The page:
Personally I've never taken an airsoft suppressor apart, so I don't know if they use multiple chambers. I imagine that the cheaper ones probably don't, but one thing which would help is if they are different lengths, because then their effect would be spread over a wider frequency band. The trouble is that a lot of the sound of an AEG isn't coming out of the barrel at all, but rather straight through the sides of the receiver. As I said above, a shock absorber between the gearbox and body would help, but I've yet to find an AEG with enough space to fit anything in there.

 

As for quiet guns, Tokyo Marui are reputed to be very quiet, but I can only vouch for their M14, which is amongst the quietest I've ever heard.

 

*It's a sad fact that women's hearing lasts longer than men's naturally, independent of environmental factors, so cloistered women whose hearing doesn't get damaged by loud sounds will make good airsofters :)

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In that case I might ask the local nunnery if they would like to join my airsoft team :P. So in short fake suppressors are useless and the best way to quieten it is to pack some rubber into it? Would your CYMA AK have much room in it Ian? Thanks for that info, as mine is apart at the minute trying to sort out the fiddly trigger mechanism I will see if there is much room in it to dampen the sound a bit. Mine is a lot louder than my friends, it has a proper bang to it and we ave the same make, that's probably what led to the cylinder head breaking. :(

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No, my CYMA AK is so tight around the gearbox that it can be a bit of a bugger to get the thing back in and seated horizontally. I dab a bit of grease on the inside of the receiver. It's plastic though, so I expect that if I stuck some really thin rubber sheet to the inside of the receiver, with a good dollop of grease it would probably fit, but that would make the battery tray assembly even more difficult to seat with those poxy little angular hook-thingies in place properly. I dare say that the design works a treat made from a decent metal, but made from plastic it's an arsewank waiting to happen...

 

No, I don't know that all airsoft suppressors are completely useless, just that the foam inside them is the next thing to it. Even a single chamber suppressor will have some antiphase subtraction effect. Something that the foam would work at though is to hold some washers in place to make chambers inside a suppressor.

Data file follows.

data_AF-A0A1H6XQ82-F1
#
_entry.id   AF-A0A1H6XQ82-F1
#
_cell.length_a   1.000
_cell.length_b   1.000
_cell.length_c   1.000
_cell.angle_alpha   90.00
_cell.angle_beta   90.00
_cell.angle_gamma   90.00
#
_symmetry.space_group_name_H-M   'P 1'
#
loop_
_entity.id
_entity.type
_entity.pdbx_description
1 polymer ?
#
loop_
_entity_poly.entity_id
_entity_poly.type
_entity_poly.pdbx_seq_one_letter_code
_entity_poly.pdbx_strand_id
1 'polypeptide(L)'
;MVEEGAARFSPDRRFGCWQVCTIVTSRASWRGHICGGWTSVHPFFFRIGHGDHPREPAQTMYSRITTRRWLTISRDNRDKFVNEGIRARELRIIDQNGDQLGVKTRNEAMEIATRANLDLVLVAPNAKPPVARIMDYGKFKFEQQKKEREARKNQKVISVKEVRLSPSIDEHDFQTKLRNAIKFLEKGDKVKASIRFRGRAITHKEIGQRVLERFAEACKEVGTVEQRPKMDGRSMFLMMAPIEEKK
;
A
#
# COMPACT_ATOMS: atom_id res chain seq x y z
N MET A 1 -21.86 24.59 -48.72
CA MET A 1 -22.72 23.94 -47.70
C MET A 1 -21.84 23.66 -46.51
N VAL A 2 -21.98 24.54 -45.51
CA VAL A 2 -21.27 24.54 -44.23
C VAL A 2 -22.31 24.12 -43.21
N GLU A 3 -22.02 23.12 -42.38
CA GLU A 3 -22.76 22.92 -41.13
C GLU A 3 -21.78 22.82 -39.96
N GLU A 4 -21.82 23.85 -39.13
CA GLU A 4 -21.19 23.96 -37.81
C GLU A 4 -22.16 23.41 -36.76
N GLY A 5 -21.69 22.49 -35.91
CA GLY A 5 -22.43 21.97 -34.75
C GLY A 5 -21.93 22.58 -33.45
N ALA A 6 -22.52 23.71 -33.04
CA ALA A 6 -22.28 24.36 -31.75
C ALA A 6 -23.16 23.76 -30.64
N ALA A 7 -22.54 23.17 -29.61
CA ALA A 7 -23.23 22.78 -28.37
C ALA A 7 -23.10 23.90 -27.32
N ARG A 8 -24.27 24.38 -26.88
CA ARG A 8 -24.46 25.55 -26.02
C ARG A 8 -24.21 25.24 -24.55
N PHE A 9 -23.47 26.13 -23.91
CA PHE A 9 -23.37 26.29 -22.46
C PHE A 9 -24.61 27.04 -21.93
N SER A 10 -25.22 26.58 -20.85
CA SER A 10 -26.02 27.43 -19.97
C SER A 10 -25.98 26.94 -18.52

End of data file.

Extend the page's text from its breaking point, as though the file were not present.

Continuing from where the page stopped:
If you could find some washers big enough around the circumference to fit closely to the interior circumference of the suppressor, with a hole say 8mm in diameter (unless the washers jam tightly against the interior (in which case no foam will be needed), they will slip down so that even a 7mm hole might not be big enough for a BB to pass through without clipping the washer), you could cut the foam into say 4 unequal lengths and fit 3 washers between them. The thing is that internal chambers which aren't completely sealed would have less effect than sealed. Without testing I couldn't really guess, but the difference could be so much as to make doing it pointless unless you could make sealed chambers inside.

 

If you've had a busted cylinder head I'd guess that something was pretty drastically wrong inside the gearbox, but the absolute best thing you could do to quieten an AEG is cushion the impact between the piston head and the cylinder head, so if you've got it apart perhaps that's something to think about? Is it an AK? I ask because Element make what they call a 'Silent' piston/cylinder head combo, but as far as I know it's only available for version 2 gearboxes.

 

Something I have tried is fitting a rubber washer to the inside of the cylinder head, but it didn't do much. I think the rubber may be either too dense, so the energy is passing through it as well as it would through the plastic cylinder head, or not dense enough so that, because it doesn't reach right to the edge of the interior circumference of the cylinder, it's squashing so easily that the edge of the piston head is connecting with the corresponding position on the cylinder head pretty much unimpeded. Doing this did alter where the piston comes to rest however and I think it may have something to do with a recurring problem I've had with teeth coming off the sector gear... (but maybe not, because where the teeth come off isn't from the part in contact with the piston teeth).

 

I've just bought an airbraked piston head to make my AK quieter though. Ed has one in his L85 and it is nice and quiet - Lees Precision Engineering

Haven't got round to fitting it yet, but I have high hopes :)